I know, but the T. word will always trigger people around here, you know that, and then it's easy to get four pages with comment after comment about how amazing/despicable he is.
     
  18. Huntn macrumors G5

    Huntn

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    #18
    How true... for he who shall not be named go here, currently 13 pages worth. :)
     
  19. DearthnVader macrumors regular

    DearthnVader

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    #19
    One of the reasons we no longer see accurate polling is the people themselves will tell the pollers the politically correct answer, then when they get int he privacy of the voting both, they vote their perceived bigotry and self interests.

    It won't surprise me if anti-EU and anti-muslim immigrant shows better than polling will indicate. Will it be enough to push le Pen to victory, I'll wait and see.
     
  20. juanm thread starter macrumors 65816

    juanm

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    #20
    This is a poll about a foreign president. I don't think people would bother lying. Especially considering those who do like him will precisely be staunch supporters and very vocal about it.

    Right now Le Pen polls first (around 25% vs low twenties for Macron/Fillon and 15% for Hamon). But she's of course very polarising, and with the second round system, pretty much all those who voted for other choices in the first round would vote against her.
     
  21. DearthnVader macrumors regular

    DearthnVader

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    #21
    I think you under estimate the peer pressure to be politically correct, and people's need to avoid conflict in a casual conversation. I don't know the ins and outs of French culture, but in the US, it is considered rude to talk politics and religion in social settings, because it usually leads to arguments, in a nation build on violence, where people are armed to the teeth.

    I tell people what they want to hear, all the time, in polite company. To avoid the argument, but they don't caste my vote for me.
     
  22. yaxomoxay macrumors 68000

    yaxomoxay

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    #22
    Nah, most people would lie in order to prevent the typical two hour lecture that comes after you say "Trump is ok."
    Had several lengthy conversations with my friends back in Italy. You say Trump and they go on a soap box.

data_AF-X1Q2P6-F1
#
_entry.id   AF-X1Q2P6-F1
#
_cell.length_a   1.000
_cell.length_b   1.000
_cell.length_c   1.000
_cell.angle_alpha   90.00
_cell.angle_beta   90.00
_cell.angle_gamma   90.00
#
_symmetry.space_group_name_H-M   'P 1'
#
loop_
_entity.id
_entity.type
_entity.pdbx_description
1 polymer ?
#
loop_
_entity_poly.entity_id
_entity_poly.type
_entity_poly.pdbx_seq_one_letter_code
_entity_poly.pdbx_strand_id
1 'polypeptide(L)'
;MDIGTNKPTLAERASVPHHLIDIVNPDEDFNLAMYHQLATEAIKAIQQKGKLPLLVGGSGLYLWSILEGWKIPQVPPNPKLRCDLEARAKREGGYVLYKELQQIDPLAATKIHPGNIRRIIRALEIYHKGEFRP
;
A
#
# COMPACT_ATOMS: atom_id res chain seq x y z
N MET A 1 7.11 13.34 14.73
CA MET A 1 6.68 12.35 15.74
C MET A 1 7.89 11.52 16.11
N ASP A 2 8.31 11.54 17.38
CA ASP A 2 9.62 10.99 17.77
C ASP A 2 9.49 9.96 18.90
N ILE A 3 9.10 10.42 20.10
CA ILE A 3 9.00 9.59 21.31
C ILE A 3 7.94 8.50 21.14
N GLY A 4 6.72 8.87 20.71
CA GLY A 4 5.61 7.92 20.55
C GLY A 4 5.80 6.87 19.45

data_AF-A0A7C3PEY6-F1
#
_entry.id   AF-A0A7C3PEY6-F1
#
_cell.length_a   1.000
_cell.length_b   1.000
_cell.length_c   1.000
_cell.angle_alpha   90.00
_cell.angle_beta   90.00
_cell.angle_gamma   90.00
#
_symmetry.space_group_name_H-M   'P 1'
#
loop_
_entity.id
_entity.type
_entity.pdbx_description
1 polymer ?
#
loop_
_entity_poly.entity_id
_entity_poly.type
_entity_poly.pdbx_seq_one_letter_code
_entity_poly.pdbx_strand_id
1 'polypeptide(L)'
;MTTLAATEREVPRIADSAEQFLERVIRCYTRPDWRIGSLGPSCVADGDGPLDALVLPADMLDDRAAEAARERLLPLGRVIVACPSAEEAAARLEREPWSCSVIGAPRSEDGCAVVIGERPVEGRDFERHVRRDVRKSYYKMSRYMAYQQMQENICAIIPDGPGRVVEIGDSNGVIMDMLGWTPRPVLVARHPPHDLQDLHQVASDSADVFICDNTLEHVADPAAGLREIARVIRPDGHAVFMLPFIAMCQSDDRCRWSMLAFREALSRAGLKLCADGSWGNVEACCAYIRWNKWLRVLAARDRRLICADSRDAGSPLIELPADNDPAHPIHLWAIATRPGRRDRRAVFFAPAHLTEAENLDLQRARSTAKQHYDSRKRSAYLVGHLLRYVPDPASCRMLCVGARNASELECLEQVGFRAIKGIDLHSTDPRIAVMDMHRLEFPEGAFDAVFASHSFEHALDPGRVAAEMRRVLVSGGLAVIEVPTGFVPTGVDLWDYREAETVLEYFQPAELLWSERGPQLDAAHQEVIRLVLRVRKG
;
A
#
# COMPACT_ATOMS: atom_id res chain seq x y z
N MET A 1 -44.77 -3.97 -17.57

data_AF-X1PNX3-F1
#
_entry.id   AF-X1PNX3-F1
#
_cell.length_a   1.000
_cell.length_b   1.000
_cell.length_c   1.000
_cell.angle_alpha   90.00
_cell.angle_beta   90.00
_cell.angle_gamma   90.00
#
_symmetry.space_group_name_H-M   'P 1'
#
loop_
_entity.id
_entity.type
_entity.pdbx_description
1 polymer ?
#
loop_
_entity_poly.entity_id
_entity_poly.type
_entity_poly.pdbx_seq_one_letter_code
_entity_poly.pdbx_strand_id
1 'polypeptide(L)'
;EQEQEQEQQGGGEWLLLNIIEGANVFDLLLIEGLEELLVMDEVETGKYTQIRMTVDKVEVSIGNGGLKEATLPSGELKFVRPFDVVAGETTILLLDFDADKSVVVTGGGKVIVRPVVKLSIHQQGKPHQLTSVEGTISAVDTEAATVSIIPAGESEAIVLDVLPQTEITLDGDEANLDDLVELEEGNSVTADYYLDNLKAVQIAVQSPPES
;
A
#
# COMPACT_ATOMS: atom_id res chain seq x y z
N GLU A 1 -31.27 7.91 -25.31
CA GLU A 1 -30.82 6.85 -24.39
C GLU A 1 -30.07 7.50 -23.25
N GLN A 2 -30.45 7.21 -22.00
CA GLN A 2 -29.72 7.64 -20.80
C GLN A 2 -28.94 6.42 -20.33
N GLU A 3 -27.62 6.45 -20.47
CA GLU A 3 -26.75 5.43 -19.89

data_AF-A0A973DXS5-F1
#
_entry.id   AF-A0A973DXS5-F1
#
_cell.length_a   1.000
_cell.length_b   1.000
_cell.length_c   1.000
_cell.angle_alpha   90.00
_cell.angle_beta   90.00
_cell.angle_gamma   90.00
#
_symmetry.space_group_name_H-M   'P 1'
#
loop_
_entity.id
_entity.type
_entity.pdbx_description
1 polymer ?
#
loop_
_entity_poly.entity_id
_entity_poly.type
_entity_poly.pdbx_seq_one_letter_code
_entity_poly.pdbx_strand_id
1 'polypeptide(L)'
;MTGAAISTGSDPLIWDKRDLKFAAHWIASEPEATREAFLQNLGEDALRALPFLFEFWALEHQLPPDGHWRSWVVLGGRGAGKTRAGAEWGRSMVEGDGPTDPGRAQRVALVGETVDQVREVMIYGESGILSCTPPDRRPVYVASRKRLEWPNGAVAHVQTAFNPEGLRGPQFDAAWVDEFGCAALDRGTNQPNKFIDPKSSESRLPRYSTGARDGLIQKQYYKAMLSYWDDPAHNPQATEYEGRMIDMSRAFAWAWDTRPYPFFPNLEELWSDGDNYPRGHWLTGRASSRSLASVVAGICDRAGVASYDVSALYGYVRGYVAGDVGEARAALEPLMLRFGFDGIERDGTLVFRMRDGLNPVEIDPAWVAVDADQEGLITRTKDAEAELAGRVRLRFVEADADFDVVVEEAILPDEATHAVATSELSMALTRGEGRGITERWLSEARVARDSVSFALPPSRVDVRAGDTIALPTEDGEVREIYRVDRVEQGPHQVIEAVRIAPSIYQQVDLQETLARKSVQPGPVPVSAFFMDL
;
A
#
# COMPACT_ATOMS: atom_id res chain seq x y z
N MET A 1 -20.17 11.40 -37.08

23. juanm, Mar 2, 2017
    Last edited: Mar 2, 2017

    juanm thread starter macrumors 65816

    juanm

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    #23
    The French LOVE complaining. You have no idea how much passion they devote to this national sport.

    According to the latest polls:
    Le Pen ~26% (seems a bit low IMO)
    Macron ~23% (no idea, it's a new candidate and a new party)
    Fillon ~20% (too high if you ask me, he should resign in shame)
    Hamon ~15% (the Hollande legacy is impossible to overcome)

    Right now If I were pressed to venture a guess, I'd say Macron will win with something like 60% on the second round. It'll depend a lot on how Fillon plays being investigated. If he doesn't withdraw, he'll be giving Macron and Le Pen a lot of votes.

    If ISIS attacked again, Le Pen will go even higher but even then she'd likely lose on the second round.
     
  24. DearthnVader macrumors regular

    DearthnVader

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    #24
    Maybe you get higher voter turnout in France, than we do in the US, but the 35% for Fillion or Hamon wouldn't translate to 35% of the votes shifting to the two runoff candidates. In the US, a large percentage of those voters would just feel disenfranchised by their candidates loss, and not vote.

    I can't gage the mood of the French electorate, but I know what mood I'd be in if there where that many massive terror attacks, perpetrated buy Muslim extremist in my county.
     
  25. Plutonius macrumors 603

    Plutonius

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    #25
    I'm not going to voice my opinion since it's their country and they can make up their own mind.

    Likewise, I wish people outside the US would keep their opinions about US politics to themselves unless whatever the subject is directly impacts their country and themselves.